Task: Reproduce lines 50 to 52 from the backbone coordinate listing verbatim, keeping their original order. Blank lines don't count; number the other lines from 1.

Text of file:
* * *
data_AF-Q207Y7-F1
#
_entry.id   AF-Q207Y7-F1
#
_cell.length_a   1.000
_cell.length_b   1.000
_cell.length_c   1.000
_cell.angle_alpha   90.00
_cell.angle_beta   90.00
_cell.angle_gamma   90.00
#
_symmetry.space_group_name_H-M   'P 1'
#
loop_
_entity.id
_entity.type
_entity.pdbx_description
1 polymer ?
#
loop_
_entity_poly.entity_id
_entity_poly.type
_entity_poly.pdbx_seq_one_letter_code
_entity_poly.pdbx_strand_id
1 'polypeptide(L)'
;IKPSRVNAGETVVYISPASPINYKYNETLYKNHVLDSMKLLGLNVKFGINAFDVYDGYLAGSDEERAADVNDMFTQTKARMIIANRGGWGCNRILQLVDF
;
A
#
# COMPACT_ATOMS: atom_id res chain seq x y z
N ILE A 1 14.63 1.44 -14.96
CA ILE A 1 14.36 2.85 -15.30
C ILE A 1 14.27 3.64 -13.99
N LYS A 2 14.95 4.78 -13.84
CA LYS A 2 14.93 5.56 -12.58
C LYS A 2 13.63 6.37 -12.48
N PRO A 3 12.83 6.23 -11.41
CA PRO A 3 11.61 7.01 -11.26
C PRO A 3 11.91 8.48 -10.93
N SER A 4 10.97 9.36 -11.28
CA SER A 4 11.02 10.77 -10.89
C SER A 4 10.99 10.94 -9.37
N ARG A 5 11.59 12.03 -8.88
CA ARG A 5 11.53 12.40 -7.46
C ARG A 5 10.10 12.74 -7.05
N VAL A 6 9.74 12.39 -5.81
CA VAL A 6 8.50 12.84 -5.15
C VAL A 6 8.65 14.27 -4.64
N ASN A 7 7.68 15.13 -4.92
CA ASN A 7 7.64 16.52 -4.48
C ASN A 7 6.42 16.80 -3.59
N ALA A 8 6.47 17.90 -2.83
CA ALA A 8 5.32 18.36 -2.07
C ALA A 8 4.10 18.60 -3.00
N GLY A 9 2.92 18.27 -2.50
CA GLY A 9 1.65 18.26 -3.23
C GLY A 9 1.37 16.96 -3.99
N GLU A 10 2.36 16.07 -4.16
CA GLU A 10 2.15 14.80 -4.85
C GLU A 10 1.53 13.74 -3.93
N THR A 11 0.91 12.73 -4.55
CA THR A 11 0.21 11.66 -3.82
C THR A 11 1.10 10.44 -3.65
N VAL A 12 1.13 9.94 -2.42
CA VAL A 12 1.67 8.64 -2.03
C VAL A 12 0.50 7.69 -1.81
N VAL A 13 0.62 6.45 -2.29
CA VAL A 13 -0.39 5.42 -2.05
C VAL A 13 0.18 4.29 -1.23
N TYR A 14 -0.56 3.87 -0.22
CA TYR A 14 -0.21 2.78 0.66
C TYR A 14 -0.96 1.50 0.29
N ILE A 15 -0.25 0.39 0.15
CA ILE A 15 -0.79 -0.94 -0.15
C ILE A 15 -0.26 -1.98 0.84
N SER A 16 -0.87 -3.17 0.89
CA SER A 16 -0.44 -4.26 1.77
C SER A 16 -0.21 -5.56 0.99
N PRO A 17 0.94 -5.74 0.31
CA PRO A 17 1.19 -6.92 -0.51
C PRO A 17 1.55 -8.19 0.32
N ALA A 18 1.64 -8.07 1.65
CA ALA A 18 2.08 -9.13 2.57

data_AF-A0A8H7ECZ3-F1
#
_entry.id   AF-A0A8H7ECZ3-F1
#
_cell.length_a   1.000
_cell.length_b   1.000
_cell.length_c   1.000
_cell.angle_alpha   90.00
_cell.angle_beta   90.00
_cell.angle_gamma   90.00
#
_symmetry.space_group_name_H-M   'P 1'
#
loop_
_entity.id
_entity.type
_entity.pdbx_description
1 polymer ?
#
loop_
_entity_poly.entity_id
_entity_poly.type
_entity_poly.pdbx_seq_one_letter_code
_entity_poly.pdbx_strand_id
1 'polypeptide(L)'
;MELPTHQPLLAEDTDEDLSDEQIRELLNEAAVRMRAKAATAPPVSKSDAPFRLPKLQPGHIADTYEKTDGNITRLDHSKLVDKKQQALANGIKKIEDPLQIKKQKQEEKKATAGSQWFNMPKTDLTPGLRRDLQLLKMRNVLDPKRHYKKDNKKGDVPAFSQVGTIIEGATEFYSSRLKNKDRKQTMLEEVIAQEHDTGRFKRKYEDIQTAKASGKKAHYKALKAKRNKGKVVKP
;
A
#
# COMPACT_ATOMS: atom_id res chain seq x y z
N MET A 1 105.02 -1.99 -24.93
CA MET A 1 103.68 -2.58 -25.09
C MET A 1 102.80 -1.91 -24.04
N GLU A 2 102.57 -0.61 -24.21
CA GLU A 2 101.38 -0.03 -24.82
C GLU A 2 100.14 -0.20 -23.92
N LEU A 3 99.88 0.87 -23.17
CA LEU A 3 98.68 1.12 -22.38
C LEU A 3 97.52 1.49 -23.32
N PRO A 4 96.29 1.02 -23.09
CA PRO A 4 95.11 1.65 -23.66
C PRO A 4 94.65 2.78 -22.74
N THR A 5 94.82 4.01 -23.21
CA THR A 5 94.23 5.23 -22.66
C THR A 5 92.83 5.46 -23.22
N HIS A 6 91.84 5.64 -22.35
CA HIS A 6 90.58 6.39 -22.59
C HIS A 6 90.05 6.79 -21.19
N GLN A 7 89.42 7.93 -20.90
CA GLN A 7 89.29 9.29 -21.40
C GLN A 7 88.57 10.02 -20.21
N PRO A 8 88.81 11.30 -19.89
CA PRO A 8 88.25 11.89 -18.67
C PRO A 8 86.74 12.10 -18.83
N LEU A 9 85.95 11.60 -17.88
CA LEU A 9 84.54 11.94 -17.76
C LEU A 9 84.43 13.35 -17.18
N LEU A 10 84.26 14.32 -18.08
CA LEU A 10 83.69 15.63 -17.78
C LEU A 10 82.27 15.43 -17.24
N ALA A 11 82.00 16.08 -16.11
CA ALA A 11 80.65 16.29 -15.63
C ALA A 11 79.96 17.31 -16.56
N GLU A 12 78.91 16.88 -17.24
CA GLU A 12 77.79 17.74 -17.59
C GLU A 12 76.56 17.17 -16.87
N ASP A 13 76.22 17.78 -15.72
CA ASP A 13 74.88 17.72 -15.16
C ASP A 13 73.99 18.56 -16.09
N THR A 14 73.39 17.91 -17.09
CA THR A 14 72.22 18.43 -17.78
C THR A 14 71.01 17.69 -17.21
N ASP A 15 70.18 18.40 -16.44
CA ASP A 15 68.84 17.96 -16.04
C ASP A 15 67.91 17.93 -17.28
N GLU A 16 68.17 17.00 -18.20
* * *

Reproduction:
CA ASN A 7 7.64 16.52 -4.48
C ASN A 7 6.42 16.80 -3.59
N ALA A 8 6.47 17.90 -2.83